Is there a system as such that has been tested? One question I have is, how do they make sure that the battery pack you get is at 90%+ of max charge? That is... how do I know that the battery I'm getting isn't worn out and no longer get me my rated range?
Before you answer, let me clairify. Like a PDA battery that has been used for a long time, that battery will no longer get the rated 10 hours of service, but the charger will not know the difference.
So let us say that my electric car is rated at 100 miles a charge. If I go to the station and swap out my battery one day, the battery I get back, might be worn out. I might only get 60 miles out of it, and there's no way of knowing that at station. I do not know of a way to test for that, and the station would only know that the charger said it was charged up. I can see that as being a drawback.
Other than that, by all means. If there's a market for this electric car, then feel free to sell them. I have no interest, but if others do, go for it.
Your last comment was rather dippy. You clearly are not smart enough to realize that the situation in Israel is way different than here. Everyone, and I mean EVERYONE knows solar can work. How many haven't used or seen a solar powered calculator? No one thinks solar can not work.
Knowing something isn't pratical is way differnet than knowing it can work. First, Israel uses 6.5 GigaWatts... that's for the whole fr**kin country. The US consumes 425 GW of power. Point being, solar energy has a very real ability of making a difference in Israel, whereas it's not every a fraction of a drop in the bucket to the US.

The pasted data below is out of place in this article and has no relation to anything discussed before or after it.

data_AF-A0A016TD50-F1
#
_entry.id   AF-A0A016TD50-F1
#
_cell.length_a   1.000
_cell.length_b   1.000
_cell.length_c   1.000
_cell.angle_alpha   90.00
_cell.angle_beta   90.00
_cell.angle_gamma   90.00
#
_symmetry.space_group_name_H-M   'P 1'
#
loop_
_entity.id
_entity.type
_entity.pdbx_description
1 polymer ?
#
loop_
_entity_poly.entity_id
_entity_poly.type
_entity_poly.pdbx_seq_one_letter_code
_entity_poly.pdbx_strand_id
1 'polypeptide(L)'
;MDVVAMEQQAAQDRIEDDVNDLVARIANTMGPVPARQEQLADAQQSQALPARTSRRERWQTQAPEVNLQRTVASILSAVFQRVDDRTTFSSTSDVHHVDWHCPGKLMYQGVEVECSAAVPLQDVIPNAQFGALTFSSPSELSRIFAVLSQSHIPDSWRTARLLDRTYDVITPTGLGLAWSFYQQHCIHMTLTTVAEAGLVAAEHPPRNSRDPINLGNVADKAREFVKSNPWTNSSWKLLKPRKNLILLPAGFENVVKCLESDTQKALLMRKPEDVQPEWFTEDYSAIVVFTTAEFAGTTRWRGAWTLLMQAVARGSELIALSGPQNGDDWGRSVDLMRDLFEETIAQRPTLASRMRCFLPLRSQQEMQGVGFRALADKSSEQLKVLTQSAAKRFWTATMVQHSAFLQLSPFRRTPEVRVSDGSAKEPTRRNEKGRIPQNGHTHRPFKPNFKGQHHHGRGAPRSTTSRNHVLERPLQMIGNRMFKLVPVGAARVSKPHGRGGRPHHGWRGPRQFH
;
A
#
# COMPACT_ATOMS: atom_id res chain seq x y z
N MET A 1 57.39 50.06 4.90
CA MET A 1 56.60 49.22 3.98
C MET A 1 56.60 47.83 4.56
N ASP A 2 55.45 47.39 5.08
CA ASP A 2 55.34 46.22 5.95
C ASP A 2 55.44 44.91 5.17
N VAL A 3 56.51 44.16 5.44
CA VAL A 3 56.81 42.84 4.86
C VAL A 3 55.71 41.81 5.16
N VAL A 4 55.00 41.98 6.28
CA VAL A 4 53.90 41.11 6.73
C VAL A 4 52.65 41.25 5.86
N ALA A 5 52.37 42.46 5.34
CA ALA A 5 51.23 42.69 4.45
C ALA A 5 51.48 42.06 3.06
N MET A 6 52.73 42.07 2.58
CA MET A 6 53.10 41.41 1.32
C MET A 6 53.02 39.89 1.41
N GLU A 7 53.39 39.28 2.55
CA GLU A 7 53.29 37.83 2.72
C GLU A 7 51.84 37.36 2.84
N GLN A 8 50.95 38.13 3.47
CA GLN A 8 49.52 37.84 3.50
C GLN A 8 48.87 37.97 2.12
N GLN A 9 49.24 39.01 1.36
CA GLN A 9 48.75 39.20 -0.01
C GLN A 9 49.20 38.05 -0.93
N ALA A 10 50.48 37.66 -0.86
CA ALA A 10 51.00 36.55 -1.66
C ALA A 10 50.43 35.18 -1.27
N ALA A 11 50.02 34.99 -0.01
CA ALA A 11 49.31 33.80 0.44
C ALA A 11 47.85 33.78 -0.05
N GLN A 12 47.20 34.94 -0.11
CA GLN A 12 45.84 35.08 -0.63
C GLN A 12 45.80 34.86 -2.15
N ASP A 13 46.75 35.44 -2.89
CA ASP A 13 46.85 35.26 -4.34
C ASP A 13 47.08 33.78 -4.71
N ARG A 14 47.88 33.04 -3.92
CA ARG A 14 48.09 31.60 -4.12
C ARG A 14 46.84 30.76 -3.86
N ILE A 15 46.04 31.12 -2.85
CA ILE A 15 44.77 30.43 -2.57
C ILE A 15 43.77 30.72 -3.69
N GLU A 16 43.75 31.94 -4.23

Further, Israel has very little if any natural resources of it's own. The cost of power and all forms of energy is high because they have to import everything. This makes solar energy more practical, because the conventional forms of power are expensive. Just ask people in California who purchased solar panels. If it wasn't for the State subsidizing (aka taxing money from the poor to pay for solar panels for the middle and upper class) they would have never bought them.
Finely maybe you haven't been to Israel, but it's a bit sunny there. Just a tad bright and hot ya know? Sorta like being in a desert. Yes I'm being humorous. It's a hot dry sunny place. When you have that much sun, you can make a pretty goodly amount of power from a solar array. But most of us in the US have days we can define as "cloudy" and that doesn't work well when your power is dependent on "sunny".
My point here is, Solar energy is in fact impratical for much of the US. I do not have 1 sq/mile of desert around my house with sun shine 355 days a year to power my home. Israelis do. Now in the situations that solar power makes sense in the US, we are using it.
But for me, I'm not retro-fitting my home with solar panels. The cheapest panel makes about 926 Watts an hour. The sun would hit it roughly 5 hours a day summer time, and 3 in the winter, averaged to about 4 hours a day yearly. That's 3.7 KWh a day. Then about half of those days are rainy or cloudy in Ohio. We almost never have a sunny winter day, and spring is the rainy season, so mid summer and fall are about it. That's 673 KWh a year, and I'm being generous.
At 9.6 Cents, the standard rate here, that's $65 dollars saved a year.
And the cost of the system? $9,000. That NINE THOUSAND. If I install it today, 139 years from now, it'll pay for itself. I'd be a complete idiot to do that. Even if I assume it's sunny year round, it still would only save about $130 a year, meaning it would take 70 years to pay off. People only live 70 years on average. Now if that doesn't define what "impractical" means, I don't know what does. But if you want a solar panel, there are places that sell them, by all means blow your money. I don't have 9 grand laying around to buy a system that I'll be dead before it pays for itself.
Now if I was in Israel, and electricity costs a ton more (which it does) and if I had 355 sunny days a year (which they do), then yeah a solar pannel makes good sense.
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